Types of contracts with workforce and organizational policies

organizational policies

Learning objectives  

1. To understand the importance of employment agreements and why an agreement should be preferred over a unilateral letter of employment; 

2. To learn about the key aspects that must be addressed in the employment agreement; 

3. To understand the relevance of clauses such as the non compete, lock-in, and non solicit clauses; 

4. To understand the interaction of the Indian Contract Act, 1872 with employment-related terms.

Employees are essential to any business and setting out clear rights and obligations of the employer and employee are very important. From the junior-most employee to the CEO, everyone in an executive position is employees, and it is important to enter into employment contracts with them.

This is not only for clarifying issues such as compensation package, holidays, work hours, and job descriptions, but the company also secures important rights through the contract, such as rights over intellectual property created by an employee in the course of employment, confidentiality, and various warranties.

Do you want your employee to work with you exclusively while he is employed by you? Better mention that in the employment contract then. 

Many organizations simply issue a unilateral letter of employment to the employee. In comparison to a letter issued by the employer, a stamped agreement which is signed by the employee is preferable, as it is a legally binding contract that is enforceable in a court. Even an employment contract in the form of a letter should be signed and stamped.

An employment agreement contains typical clauses relating to the terms of employment – e.g. description of duties of the employee, salary, date of payment, work-hours, leave, bonus, termination etc. These terms will vary from one employee to another, depending on the role of the employee and the nature of his job.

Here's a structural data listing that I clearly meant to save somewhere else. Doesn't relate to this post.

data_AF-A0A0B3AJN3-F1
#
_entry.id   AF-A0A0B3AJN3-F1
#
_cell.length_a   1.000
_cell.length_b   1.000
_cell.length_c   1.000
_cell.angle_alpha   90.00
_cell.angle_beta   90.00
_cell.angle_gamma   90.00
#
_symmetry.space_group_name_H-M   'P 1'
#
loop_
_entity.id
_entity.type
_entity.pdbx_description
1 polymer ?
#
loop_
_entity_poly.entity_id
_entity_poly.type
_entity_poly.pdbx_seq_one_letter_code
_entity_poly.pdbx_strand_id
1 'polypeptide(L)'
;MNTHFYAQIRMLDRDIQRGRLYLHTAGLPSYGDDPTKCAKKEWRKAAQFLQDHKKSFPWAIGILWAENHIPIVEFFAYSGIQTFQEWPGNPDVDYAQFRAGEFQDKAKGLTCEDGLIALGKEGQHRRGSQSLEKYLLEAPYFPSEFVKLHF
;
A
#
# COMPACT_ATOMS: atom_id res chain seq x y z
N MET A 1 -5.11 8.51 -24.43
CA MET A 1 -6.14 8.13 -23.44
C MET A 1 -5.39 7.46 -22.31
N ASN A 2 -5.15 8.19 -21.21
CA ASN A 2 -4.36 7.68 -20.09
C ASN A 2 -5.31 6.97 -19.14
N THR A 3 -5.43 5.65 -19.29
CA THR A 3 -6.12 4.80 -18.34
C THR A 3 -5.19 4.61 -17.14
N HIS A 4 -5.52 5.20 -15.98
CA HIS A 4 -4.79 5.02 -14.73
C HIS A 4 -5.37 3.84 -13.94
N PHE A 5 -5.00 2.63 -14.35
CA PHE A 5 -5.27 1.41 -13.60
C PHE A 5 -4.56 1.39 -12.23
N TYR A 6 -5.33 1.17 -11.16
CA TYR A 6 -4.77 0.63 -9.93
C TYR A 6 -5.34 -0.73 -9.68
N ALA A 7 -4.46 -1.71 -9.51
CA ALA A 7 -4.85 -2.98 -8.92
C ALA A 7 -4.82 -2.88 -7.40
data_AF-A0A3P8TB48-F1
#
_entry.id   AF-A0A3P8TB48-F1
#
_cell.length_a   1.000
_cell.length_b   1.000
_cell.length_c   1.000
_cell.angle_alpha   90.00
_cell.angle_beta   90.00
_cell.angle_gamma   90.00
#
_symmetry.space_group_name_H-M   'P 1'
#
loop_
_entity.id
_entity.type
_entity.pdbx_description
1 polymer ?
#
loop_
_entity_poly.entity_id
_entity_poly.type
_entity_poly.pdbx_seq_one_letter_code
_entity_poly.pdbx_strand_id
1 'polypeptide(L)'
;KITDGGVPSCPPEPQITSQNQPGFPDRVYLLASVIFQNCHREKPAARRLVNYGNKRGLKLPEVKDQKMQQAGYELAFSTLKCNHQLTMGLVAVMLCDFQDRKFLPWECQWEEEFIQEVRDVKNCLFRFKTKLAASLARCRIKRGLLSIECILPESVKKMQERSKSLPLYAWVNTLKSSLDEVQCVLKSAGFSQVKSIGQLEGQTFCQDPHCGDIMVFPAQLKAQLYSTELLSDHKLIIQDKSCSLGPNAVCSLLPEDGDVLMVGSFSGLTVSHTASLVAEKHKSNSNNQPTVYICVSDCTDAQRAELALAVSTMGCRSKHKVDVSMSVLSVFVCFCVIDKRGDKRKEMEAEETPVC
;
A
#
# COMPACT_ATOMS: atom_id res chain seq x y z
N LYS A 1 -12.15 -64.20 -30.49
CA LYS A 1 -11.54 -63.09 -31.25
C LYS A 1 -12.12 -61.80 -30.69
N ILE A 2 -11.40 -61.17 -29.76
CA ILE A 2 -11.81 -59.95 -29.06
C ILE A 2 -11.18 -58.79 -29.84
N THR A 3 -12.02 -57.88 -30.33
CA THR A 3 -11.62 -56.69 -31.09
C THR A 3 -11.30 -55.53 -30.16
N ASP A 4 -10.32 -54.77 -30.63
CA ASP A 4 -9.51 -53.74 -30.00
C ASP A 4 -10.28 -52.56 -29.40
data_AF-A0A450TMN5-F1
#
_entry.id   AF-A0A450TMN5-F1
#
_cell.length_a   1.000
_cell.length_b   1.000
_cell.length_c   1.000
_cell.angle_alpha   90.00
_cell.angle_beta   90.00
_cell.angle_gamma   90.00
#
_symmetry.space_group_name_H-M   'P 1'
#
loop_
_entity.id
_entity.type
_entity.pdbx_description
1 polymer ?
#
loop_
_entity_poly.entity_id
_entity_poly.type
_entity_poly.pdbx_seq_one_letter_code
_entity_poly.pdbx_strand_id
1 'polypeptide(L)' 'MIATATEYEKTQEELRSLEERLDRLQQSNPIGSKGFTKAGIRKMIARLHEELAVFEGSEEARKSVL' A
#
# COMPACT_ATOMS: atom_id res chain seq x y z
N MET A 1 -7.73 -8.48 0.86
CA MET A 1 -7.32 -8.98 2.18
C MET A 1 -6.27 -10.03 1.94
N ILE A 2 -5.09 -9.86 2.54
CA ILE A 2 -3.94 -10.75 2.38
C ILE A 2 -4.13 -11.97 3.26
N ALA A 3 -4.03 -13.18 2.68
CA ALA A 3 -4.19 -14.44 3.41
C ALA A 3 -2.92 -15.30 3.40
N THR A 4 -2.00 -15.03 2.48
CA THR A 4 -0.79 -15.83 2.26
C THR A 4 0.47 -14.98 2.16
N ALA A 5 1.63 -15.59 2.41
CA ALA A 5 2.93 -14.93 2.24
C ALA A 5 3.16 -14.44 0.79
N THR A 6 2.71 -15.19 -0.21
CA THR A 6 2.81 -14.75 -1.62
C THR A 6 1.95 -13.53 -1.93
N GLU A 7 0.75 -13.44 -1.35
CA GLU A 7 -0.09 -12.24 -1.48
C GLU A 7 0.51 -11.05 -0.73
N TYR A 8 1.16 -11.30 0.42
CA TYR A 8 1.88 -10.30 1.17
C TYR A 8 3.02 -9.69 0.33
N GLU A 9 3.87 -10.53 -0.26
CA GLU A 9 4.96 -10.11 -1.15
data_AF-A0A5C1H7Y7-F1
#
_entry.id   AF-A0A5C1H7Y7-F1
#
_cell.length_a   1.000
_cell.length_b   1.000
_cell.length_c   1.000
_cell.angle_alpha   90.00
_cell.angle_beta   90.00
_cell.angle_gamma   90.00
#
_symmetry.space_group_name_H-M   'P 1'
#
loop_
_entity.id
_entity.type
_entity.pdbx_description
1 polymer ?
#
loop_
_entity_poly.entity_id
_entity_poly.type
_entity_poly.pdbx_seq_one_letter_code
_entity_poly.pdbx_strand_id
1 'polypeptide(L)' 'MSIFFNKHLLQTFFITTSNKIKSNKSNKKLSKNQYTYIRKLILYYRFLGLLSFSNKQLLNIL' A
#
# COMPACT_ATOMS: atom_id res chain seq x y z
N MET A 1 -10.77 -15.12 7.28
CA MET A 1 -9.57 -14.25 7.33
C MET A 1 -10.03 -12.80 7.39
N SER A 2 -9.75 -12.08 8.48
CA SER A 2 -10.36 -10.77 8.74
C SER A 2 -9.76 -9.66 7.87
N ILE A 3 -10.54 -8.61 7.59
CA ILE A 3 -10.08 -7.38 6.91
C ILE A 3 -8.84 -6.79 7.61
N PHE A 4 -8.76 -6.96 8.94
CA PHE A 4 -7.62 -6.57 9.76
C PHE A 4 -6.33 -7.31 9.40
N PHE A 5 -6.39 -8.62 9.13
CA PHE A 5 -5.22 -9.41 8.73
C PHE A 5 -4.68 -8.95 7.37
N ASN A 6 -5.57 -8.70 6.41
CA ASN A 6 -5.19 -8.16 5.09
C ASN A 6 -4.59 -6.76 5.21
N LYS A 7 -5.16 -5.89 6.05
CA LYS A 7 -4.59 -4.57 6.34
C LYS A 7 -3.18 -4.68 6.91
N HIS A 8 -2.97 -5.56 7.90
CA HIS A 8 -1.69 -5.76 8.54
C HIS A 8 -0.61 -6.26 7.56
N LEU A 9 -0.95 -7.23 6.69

In addition, it contains certain other ‘standard’ terms, which are common to a broad spectrum of employees. These clauses must be carefully drafted to protect the organization’s interest. From the perspective of an employee looking to work with an organization, such clauses must not impose unreasonable restraints.

Key clauses in an employment agreement  

1. Job-specific terms 

Some of the key aspects of employment (specific to the employee’s work profile) that must be addressed in the employment contract are described below:

a. Description of duties – Merely specifying the designation of an employee in the organization may not adequately describe the nature of the employee’s work. In recent times, there can be designations which are creative and are not reflective of what exactly the employee is expected to do, for example, Chief Storyteller, Social Media Lead etc.

b. Compensation – The compensation package typically consists of a salary, a bonus and certain other perquisites such as accommodation, insurance premiums, access to the company car, etc.

c. Term – For entry-level employees, usually there is no duration specified for the job. There may instead be a period of probation (when the employment is not confirmed).